I like to make up term for describing meteorites such as F2F as in Find to Fall (when an meteorite listed as a find might actually be a fall; or a Toolbox meteorite where the particular specimen was used as a tool of some sort before moving to a higher status in life, and even Meteorites […]

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An October 1902 Witnessed Fall: Crumlin, Northern Ireland

An October 1902 Witnessed Fall: Crumlin, Northern Ireland

An October 1902 Witnessed Fall: Crumlin, Northern Ireland Crumlin: Fame Through a Satirical Cartoon   Like many collectors, I was first introduced to the Crumlin meteorite through the cartoon that appeared in John Burke’s must-read book Cosmic Debris. The caption of the cartoon reads: The British Museum has “Collared” another Irish Treasure…the remarkable meteorite that […]

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September 1997 Witnessed Fall: Worden, Michigan. A “Fender Bender” Meteorite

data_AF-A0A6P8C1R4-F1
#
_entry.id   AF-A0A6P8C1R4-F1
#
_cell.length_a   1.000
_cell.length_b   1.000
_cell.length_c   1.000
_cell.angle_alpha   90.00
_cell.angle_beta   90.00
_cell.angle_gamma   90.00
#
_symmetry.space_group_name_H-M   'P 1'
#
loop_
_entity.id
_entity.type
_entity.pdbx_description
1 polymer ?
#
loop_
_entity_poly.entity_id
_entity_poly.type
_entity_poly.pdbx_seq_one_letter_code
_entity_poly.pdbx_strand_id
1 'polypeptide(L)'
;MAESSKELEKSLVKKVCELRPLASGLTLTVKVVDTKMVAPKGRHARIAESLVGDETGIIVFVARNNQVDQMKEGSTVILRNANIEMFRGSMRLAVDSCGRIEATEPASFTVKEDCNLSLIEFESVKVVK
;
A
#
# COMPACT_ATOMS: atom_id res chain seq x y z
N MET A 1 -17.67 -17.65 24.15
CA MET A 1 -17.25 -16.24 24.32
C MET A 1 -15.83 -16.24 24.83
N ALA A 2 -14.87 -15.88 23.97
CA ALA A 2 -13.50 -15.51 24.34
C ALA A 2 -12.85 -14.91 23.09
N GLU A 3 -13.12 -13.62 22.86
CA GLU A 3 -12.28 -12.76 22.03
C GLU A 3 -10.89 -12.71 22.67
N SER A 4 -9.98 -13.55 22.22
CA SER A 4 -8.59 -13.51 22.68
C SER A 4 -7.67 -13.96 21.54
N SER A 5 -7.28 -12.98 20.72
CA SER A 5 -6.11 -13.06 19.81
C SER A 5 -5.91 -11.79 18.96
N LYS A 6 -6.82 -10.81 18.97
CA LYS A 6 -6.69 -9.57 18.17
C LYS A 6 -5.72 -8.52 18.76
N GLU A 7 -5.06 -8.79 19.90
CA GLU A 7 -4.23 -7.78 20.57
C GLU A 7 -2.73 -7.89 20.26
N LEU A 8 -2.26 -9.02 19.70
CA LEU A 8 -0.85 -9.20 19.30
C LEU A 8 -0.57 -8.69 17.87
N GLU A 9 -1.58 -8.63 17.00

September 1997 Witnessed Fall: Worden, Michigan. A “Fender Bender” Meteorite

An September 1997 Witnessed Fall: Worden, Michigan USA Worden: A Fender Bender Meteorite   For a five, Worden is filled with superb round chondrules. This 113g complete slice captures the essence of what was once a kilo and a half stone. Meteorites that land on cars deserve a special place in the subcategory of witnessed […]

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Zmenj: Rare Cubed

Zmenj: Rare Cubed

An August 1858 Witnessed Fall: Zmenj, Belarus Zmenj: Rare Cubed   In the classic blending of a howardite, the emerald colored inclusions of diogenite from the asteroidal underworld mingle with the ashen hues of of the eucrite upper class. It’s tough to know where to start describing the collectable rarity of a meteorite such as […]

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Accretion Desk Will Return Next Month